Thursday, April 19, 2018

The Occupational Outlook Handbook -- Equivalence to the DOT

A number of district court cases have rejected the proposition that an ALJ must consider the occupational information contained in the Occupational Outlook Handbook to the vocational expert testimony.  The district court decisions rest on Shaibi v. Berryill883 F.3d 1102, 1109 (9th Cir. 2018).  The quest is to fill in the gaps.  

Shaibi rejected the theory that the ALJ had a sua sponte obligation to compare County Business Patterns and the OOH to the vocational expert's job numbers.  The court found no authority for forcing the ALJ to take sua sponte administrative notice of the economic data contained in CBP or the OOH.  Slip op. at 16.  The court continued to apply the existing precedent that the ALJ could rely on the vocational expert testimony as to job numbers.  Slip op. at 17.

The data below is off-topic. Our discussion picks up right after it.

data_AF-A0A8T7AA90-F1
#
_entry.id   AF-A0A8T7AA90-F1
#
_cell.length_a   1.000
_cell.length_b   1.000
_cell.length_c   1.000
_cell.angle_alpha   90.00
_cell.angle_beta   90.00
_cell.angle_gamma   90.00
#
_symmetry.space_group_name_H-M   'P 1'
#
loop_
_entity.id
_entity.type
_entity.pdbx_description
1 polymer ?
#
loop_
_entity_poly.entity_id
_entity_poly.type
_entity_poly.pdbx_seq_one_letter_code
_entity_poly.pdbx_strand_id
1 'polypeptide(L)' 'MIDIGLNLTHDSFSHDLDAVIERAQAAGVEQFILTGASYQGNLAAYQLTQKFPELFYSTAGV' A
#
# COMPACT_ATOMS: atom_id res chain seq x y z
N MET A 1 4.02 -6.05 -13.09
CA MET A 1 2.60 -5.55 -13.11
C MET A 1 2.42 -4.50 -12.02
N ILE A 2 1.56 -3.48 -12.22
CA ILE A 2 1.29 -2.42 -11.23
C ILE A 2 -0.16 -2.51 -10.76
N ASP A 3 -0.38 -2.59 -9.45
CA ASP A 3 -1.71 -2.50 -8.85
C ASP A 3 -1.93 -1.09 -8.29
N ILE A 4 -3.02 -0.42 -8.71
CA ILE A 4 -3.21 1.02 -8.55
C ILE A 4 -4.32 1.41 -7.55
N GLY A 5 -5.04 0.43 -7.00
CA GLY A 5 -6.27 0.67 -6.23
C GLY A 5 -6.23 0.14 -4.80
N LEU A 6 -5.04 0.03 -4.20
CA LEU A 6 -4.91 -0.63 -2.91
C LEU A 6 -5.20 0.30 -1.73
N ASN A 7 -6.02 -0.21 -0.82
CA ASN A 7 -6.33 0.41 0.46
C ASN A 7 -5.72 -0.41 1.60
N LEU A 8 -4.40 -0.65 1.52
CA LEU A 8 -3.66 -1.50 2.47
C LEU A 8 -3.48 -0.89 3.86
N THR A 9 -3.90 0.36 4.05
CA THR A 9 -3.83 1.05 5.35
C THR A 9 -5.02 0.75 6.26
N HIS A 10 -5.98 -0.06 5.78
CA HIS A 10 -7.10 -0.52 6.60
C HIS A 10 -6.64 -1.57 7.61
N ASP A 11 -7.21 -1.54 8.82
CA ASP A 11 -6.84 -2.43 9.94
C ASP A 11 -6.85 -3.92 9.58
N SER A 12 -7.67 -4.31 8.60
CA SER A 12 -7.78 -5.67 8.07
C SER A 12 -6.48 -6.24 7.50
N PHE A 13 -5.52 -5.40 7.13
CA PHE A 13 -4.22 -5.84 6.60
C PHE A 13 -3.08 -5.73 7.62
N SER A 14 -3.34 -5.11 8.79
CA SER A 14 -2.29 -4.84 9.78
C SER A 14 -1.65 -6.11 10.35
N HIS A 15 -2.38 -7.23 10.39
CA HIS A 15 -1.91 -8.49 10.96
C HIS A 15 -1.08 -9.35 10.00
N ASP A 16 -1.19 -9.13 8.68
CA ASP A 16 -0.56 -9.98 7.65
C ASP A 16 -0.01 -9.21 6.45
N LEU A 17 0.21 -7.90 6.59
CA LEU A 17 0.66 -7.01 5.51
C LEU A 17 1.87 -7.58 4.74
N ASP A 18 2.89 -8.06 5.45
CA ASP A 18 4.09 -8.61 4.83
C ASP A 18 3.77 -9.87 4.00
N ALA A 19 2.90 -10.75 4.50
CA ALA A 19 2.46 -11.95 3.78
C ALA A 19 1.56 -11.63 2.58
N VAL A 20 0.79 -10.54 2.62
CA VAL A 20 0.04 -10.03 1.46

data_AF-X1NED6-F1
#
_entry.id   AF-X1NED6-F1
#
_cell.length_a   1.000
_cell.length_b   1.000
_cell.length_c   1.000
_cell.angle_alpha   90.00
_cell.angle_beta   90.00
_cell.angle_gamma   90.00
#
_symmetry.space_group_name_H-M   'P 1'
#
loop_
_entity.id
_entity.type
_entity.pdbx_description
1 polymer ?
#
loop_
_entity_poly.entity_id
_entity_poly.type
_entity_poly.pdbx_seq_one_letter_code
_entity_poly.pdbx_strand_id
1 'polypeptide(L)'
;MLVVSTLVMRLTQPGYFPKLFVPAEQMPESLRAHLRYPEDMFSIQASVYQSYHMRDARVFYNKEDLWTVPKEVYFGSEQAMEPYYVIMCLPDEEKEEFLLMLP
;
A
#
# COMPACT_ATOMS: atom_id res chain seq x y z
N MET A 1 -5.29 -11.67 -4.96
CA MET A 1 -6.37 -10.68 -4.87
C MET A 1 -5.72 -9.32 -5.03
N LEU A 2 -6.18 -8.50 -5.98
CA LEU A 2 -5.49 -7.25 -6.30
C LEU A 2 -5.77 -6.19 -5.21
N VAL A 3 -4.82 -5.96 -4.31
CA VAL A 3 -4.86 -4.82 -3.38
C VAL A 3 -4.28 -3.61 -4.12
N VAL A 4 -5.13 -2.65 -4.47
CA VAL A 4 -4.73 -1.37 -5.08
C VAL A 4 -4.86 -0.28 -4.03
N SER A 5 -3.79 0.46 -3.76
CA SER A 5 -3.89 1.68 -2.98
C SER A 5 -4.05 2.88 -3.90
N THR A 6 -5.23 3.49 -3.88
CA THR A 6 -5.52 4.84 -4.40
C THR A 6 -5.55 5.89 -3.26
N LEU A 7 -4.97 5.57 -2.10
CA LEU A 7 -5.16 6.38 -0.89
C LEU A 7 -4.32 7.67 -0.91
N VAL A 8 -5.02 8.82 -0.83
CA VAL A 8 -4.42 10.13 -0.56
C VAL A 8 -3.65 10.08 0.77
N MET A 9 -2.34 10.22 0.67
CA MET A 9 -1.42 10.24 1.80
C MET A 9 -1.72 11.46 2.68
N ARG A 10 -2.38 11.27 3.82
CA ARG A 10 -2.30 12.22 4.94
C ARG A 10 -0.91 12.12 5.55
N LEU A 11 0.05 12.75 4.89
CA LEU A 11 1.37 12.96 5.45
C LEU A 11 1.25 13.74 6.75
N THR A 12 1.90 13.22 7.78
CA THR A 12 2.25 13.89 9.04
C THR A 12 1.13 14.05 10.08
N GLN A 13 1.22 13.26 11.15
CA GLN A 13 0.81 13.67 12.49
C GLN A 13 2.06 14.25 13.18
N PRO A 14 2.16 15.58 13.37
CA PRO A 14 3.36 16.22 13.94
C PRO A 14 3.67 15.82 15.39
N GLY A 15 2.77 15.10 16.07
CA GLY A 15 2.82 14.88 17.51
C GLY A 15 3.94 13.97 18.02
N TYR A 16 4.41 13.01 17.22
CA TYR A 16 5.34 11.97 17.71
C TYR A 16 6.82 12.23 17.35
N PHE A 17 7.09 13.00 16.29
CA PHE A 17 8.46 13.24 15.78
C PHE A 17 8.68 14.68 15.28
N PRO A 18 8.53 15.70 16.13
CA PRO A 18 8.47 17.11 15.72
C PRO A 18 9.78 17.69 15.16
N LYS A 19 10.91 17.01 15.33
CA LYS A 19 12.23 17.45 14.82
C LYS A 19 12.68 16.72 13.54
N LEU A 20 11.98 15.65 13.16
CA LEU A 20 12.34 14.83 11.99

The OOH states not only the number of jobs but also the typical education, training, and experience requirements of work.  For example, production workers, all other (SOC 51-9199) provides:

Production workers, all other
All production workers not listed separately.
Education and training are not economic data.  They are baseline requirements.  The OOH glossary defines the terms -- moderate means more than 30 days. The glossary defines entry level as the starting level for those new to the job.  Education, training, and experience are phrased in terms of the level typically needed.  

Is that different from the DOT?  The DOT states that it describes the typical way in which occupations are performed.  DOT App. D.  Compare that statement in the DOT to the SSA view of the DOT -- that it describes the maximum requirements that the occupations requires.  SSR 00-4p.  So if the ALJ should compare the VE testimony to the maximum requirements of work, then the ALJ ought to glance at the typical requirements.  

Some of the district court cases are pending in the Court of Appeal.  I will report back to you in 24 months.  

Wednesday, March 28, 2018

Cross-examination on the Sit vs. Stand/Walk Option

This is a common fact pattern with nearly infinite variety -- assume the person needs a sit vs. stand/walk option at will, every 30 minutes, every hour, etc.  Vocational experts identify cashier, assembly, and bench work.  Some identify clerical occupations.  The key is curiosity.